The Origin of Oxygenic Photosynthesis
An evolution that terraformed the planet we know
Earth in the Archean Eon, 4,000 to 2,500 million years ago, appeared as an alien world. The planet’s crust was stabilizing, green oceans were filled with dissolved iron, and the atmosphere had negligible oxygen. Microbial life subsisted on chemical energy extracted from boiling plumes erupting miles deep in dark, hydrothermal vents, as it already had done for over a billion years.
in the sunlit shallows, an evolution happened that terraformed the planet we know. Bacteria swapped genes through their membranes, birthing an entirely new innovation: microbes capable of surviving on Earth’s most abundant resource, sunlight.
The first of these organisms, the phototrophic bacteria, used red light, purple pigments, and the abundant iron and sulfur in the Archean ocean to fix a little dissolved carbon and supplement their sugar reserves. But before long another group learned to use a wider spectrum of sunlight to split the water itself for its electrons, fixing carbon with their negative charge and releasing oxygen as a waste product. They used the green pigment chlorophyll to absorb and channel the energy of sunlight for this electrolysis. These were the Cyanobacteria, the ancestors of the modern blue-green algae, and of the photosynthetic organs of all plants.
The evolution of these early cyanobacteria launched processes that eventually depleted the iron supply of their phototroph competitors, ensuring the global dominance of oxygenic photosynthesis for carbon fixation. At this point there were enough cyanobacteria, producing enough oxygen, to oxidize the methane in the atmosphere, converting it to CO2, a far less potent insulator. The result was sudden and dramatic global cooling: the Pongola Ice Age.
As Cyanobacteria proliferated, the oxygen they produced transformed the planet. The previously lime green oceans rusted to a dull red as the reactive oxygen bound their iron into its oxide, which then dropped from the water column as dust. This starved the previous generation of phototrophs of the iron and sulfur they needed, cementing the advantage of the water splitting cyanobacteria. Across the shallow continental shelves, their caustic waste product oxidized exposed minerals, transforming the colors of the rocks. Oxygen dissolved in the water up to its capacity, changing what had been a hospitable environment for Archean organisms into something analogous to what we would experience in a hydrogen peroxide bath.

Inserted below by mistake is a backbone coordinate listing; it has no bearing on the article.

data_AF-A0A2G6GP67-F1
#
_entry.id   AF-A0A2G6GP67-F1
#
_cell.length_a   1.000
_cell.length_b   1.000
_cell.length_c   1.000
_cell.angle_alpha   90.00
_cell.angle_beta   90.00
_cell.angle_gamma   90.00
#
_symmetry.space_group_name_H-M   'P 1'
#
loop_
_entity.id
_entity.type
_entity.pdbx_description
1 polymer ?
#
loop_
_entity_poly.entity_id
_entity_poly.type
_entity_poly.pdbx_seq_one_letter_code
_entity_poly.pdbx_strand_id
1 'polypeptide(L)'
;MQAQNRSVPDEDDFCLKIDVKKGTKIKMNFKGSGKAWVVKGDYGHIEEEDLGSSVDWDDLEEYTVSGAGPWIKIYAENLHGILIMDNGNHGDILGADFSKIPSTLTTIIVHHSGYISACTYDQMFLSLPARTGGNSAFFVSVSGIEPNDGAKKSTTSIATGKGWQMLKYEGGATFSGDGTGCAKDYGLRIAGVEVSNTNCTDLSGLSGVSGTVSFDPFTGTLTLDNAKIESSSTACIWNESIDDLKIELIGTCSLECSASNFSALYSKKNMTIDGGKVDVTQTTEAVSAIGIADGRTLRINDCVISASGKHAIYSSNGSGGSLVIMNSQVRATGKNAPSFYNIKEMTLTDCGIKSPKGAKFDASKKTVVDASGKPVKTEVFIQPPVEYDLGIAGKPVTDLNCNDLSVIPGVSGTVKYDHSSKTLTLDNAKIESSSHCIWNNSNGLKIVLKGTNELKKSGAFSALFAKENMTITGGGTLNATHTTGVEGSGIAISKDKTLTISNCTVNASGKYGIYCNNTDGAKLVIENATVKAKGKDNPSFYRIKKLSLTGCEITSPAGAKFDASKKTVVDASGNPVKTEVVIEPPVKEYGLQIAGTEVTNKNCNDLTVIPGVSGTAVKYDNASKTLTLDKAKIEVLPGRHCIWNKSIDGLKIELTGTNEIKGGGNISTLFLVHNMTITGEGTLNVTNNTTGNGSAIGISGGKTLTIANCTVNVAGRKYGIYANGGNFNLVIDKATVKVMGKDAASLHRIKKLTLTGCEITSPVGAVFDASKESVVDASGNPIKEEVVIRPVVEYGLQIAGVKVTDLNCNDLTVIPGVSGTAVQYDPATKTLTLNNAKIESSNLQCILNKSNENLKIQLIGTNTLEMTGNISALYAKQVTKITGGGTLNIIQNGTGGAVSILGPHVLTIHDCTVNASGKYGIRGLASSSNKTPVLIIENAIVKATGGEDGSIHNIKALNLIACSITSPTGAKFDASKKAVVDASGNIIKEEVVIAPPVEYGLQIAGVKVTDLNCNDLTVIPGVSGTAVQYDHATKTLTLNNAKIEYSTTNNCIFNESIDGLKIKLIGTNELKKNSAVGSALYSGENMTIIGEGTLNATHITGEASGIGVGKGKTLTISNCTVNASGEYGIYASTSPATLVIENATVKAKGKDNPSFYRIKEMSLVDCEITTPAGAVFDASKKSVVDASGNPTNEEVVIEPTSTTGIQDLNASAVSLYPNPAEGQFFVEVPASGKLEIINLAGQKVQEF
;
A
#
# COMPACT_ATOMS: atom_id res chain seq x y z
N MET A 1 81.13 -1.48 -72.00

The carbon demands of the cyanobacteria increased exponentially as they expanded across the sunlit surface waters, drawing CO2 from the atmosphere to dissolve as carbonic acid into the oceans and finally be fixed as sugar in their cells. The seas, now saturated with dissolved oxygen, began to emit this new gas into the air.
At this time, the young sun gave 20% less light than now, and Earth depended on a thick blanket of methane to trap enough heat to keep a climate similar to, or even warmer than, today's. The released oxygen reacted with this methane, oxidizing it to carbon dioxide and water. While carbon dioxide is now the primary warming gas in the atmosphere, it is far less potent than methane as an insulator. It was as though the Earth's blankets had been suddenly ripped off on a cold, dark night. The planet began to freeze.
Ice sheets expanded from the poles, the planet's dimmest places, as the cyanobacteria pulsed in boom and bust cycles, not yet able to fully resist the toxicity of their own waste product, and periodically poisoned by their own success. In the banded iron formations laid down at this time, layers of deep red iron rich rock alternate with anaerobic black shales, as oxygen, and rust, levels rose and fell in waves in the suddenly flushed Archean seas, reddened by the same iron that now fixes oxygen in our blood.
Finally, enough methane was stripped from the atmosphere that the ice froze to the crust, and spread from the early continents to cover the global ocean, bringing the sunlit shelves into a cold darkness that would persist for 120 million years. This was the first ice age on Earth, the Pongola Glaciation.
While oxygen release had been quenched, volcanic eruptions continued releasing carbon dioxide at the same glacial pace as always. Eventually, enough warming gas accumulated to begin to thaw the ice in the tropics, and the dark water exposed strongly absorbed the sun's heat, rapidly melting across the whole face of the Earth, and revealing a transformed biosphere.